Collections of essays, tomes on big ideas, philosophical treatises and more.

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  1. Half Empty (trade paperback)

    Half Empty


    The inimitably witty David Rakoff, New York Times bestselling author of Don’t Get Too Comfortable, defends the commonsensical notion that you should always assume the worst, because you’ll never be disappointed. Learn More
  2. Happiness: A Philosopher's Guide

    Happiness: A Philosopher's Guide


    A huge bestseller in Europe, Frederic Lenoir’s Happiness is an exciting journey that examines how history’s greatest philosophers and religious figures have answered life’s most fundamental question: What is happiness and how do I achieve it? Learn More
  3. Hardcore Zen
  4. The Hatred of Poetry

    Hatred of Poetry


    No art has been denounced as often as poetry. It's even bemoaned by poets: "I, too, dislike it," wrote Marianne Moore. Learn More
  5. Hippias Minor Or The Art Of Cunning

    Hippias Minor or The Art of Cunning: A New Translation of Plato's Most Controversial Dialogue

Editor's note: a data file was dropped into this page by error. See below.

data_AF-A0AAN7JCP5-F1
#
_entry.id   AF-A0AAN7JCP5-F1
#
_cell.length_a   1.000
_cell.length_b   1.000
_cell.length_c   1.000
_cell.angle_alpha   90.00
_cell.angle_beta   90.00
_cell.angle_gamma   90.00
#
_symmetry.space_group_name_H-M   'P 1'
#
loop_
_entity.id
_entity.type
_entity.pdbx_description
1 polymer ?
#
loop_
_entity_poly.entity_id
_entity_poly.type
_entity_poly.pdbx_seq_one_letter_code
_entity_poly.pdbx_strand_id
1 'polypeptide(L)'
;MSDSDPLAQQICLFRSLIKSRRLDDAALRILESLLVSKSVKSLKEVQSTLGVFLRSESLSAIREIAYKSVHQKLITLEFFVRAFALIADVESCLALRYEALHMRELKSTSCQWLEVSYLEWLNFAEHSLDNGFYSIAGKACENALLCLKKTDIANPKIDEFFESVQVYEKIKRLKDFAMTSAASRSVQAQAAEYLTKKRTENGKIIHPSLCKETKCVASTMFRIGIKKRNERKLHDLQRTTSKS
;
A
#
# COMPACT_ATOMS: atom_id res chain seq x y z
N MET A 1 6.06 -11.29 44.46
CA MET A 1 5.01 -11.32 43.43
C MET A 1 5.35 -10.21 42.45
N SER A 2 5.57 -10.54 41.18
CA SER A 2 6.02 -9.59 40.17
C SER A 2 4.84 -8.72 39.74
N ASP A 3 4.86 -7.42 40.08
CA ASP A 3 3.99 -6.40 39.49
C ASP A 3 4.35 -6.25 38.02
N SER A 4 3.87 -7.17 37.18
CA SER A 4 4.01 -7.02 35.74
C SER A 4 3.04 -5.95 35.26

One of Plato's most controversial dialogues, Hippias Minor details Socrates' claims that there is no difference between a person who tells the truth and one who lies, and that the good man is the one who willingly makes mistakes and does wrong. Learn More
  6. hold everything dear

    Hold Everything Dear


    John Berger occupies a unique position in the international cultural landscape: artist, filmmaker, poet, philosopher, novelist, essayist, he is also a deeply thoughtful political activist. Learn More
  7. Holidays On Ice

    Holidays On Ice


    A collection of David Sedaris' essays. Learn More
  8. Hope in the Dark

    Hope in the Dark: Untold Histories, Wild Possibilities


    A book as powerful and influential as Rebecca Solnit's Men Explain Things to Me, Hope in the Dark was written to counter the despair of radicals at a moment when they were focused on their losses and had turned their back to the victories behind them—and the unimaginable changes soon to come. Learn More
  9. How Did You Get This Number

    How Did You Get This Number


    Sloane Crosley, the brilliantly funny "fountain of observations" (Boston Globe), now takes readers from a bear-infested wedding in Alaska to a run-in with clowns in Portugal in a new collection of essays about the messiest and most unexpected dilemmas life has to offer. Learn More
  10. How Literature Saved My Life

    How Literature Saved My Life